Jennifer L. Holberg et al.
In Memoriam: W. Dale Brown
And, of course, Frederick Buechner. For Dale, Buechner's role as "literary artist and creative believer" made him the ideal writer to spend his career on, examining the "precarious tilt between belief and unbelief." Dale's The Book of Buechner (Westminster John Knox 2006) stands as the definitive work on its subject. In the foreword to that book, Buechner movingly writes:
I think back over my all but eighty years and wonder if I have accomplished anything worthwhile during the course of them. I could have been so much braver and kinder and more unselfish. I could have been so much better a Christian, a writer, a man. But the way things turned out, I picture myself appearing before Saint Peter pretty much empty-handed except for the books. Were they worth all the time I spent on them, all the other things I neglected for them? Did they leave the world any better for having been written? What moved me most in Dale Brown's book was that he seemed to think so, and I can only hope that when the time comes, he may put in a good word for me at the fateful gates.
I have no doubt that Dale will be there waiting for him.
One Buechner quote Dale was fond of goes in part: "You might never have been, but you are because the party wouldn't have been complete without you." But here's the thing: Dale was the party. My first sight of him captures in miniature the fact that he was always predisposed to delight: the morning I arrived in the Calvin English department for my interview, Dale came ambling down the hall on his way to class, gleefully singing an old gospel song and throwing a racquetball against the wall as he walked. Over the many ensuing years of our friendship, though the songs I heard him sing changed and deepened, as many in minor keys as in major, his joy was constantly deliberate.
To know Dale was to know riotous laughter and loving community and conversations, rich beyond the telling of them. He loved his family and his dog, Indiana University basketball and Dodgers baseball, rhubarb pie (with no strawberries added, please) and Long Island ice tea. He was a fierce competitor—whether in basketball, racquetball, or cycling—and he read more books every week than anyone else I know.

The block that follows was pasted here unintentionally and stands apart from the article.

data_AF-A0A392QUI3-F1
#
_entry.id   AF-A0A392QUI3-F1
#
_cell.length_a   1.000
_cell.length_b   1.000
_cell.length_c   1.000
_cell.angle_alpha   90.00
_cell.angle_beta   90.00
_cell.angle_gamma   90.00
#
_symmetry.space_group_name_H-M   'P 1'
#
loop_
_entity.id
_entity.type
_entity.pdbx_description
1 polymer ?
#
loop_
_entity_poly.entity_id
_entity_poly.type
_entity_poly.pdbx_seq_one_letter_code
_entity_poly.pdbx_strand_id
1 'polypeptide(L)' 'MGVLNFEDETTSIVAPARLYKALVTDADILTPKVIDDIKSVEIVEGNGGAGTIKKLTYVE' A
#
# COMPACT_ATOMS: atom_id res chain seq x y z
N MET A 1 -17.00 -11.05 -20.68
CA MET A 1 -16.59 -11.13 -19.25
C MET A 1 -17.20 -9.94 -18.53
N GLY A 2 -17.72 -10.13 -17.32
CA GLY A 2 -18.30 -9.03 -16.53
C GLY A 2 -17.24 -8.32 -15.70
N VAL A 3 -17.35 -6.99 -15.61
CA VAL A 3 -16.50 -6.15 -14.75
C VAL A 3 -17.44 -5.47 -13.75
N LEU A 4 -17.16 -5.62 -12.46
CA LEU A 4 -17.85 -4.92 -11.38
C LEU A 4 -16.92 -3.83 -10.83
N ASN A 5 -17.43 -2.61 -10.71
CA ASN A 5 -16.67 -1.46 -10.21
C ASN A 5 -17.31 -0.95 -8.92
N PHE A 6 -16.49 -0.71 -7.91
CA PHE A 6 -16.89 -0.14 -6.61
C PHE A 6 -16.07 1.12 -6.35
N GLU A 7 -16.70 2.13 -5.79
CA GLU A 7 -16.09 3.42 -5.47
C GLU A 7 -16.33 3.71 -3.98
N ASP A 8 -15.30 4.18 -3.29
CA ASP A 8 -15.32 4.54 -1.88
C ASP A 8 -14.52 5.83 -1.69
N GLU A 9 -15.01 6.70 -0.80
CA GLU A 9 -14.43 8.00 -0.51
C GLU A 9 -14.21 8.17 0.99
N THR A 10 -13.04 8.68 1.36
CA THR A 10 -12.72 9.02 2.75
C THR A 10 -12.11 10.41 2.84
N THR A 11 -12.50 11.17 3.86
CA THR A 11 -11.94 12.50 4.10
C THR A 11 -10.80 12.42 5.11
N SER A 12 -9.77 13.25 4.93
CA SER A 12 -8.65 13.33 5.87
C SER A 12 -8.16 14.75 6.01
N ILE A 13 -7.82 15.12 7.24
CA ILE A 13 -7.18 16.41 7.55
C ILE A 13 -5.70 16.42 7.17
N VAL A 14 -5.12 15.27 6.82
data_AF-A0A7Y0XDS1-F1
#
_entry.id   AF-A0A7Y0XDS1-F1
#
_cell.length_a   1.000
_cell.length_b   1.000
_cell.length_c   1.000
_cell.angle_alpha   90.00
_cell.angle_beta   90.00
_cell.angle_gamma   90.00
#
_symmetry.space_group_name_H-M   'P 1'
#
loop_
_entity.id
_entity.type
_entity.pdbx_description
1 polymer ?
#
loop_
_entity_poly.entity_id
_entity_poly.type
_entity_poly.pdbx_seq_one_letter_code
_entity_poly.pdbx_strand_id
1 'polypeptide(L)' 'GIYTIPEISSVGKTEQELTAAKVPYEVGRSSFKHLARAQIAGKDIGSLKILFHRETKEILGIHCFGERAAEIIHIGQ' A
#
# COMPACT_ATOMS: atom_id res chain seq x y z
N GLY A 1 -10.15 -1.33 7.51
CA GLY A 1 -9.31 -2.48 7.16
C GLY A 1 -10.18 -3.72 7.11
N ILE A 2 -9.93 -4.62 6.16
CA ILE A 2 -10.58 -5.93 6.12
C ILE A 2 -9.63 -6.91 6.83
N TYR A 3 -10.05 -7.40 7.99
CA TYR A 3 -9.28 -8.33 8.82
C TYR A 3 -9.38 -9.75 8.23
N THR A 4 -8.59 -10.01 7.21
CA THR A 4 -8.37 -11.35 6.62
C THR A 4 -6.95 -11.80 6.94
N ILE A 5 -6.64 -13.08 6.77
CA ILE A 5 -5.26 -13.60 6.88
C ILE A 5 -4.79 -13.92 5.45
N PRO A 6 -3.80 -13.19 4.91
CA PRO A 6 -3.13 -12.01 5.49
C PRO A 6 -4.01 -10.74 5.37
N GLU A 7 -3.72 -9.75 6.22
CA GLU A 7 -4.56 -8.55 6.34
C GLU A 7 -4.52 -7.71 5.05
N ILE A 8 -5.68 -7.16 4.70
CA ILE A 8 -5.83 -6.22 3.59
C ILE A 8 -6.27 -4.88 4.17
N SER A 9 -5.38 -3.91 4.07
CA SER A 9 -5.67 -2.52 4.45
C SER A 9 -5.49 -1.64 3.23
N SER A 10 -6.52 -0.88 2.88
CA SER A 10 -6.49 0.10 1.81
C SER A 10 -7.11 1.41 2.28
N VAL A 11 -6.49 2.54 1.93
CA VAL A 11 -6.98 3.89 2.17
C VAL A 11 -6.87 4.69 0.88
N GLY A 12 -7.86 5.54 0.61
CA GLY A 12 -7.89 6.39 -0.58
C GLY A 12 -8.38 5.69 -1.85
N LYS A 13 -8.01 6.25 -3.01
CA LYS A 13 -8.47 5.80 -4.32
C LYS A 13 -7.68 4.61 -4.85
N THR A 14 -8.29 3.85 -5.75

It's hard to think about a world without Dale Brown in it. But if Dale taught us anything, it is that uncertainties and anxiety, brokenness and calamity are nothing to be afraid of—that, in fact, they are absolutely essential to an honest life of faith. A faith lived in the now and the not yet, in the in-between world of grey that we all inhabit but spend much of our time trying to ignore. Dale, so attuned to wonder and possibility, made no such mistake—and he was always insistent that, by paying attention to the great plentitude of the world, we might come to know that death may get the penultimate word, but it will never have the final say.
When Dale introduced Frederick Buechner at Calvin in 1992, he used Samuel Johnson's words about Oliver Goldsmith: Nullum quod tetigit non ornavit—"nothing he touched, he did not adorn."
The same, of course, could be said of Dale himself.
W. Dale Brown, PhD, died Friday evening, October 10, 2014. He was a beloved husband, father, son, brother, teacher, scholar, colleague, and friend. Dale lived with ferocity of mind, tenacity of spirit, and wicked wit. He will be missed.
Jennifer L. Holberg has taught English at Calvin College since 1998. She is chair of the National Advisory Board of the Buechner Institute.
Dale brought to his work freshness and daring. He refused to be boxed in by convention. In his restless, imaginative way, he led us in new directions and showed us how to go there. For all of that we will miss him sorely.
I first met Dale Brown after he invited me to his glorious Festival of Faith & Writing at Calvin College, where his quiet skill at administration was nothing compared to his zeal for contemporary literature. He later honored me with inclusion in his smart collection of interviews, Of Faith and Fiction, and then made me an honorary member of the board as he became the founding director of the Buechner Institute at King University. Every succeeding encounter only ratified my first impression of Dale as a funny, kind, strong, vibrant, and wise gentleman with a deep love of Christ and a tremendous interest in others. He was a model for us all.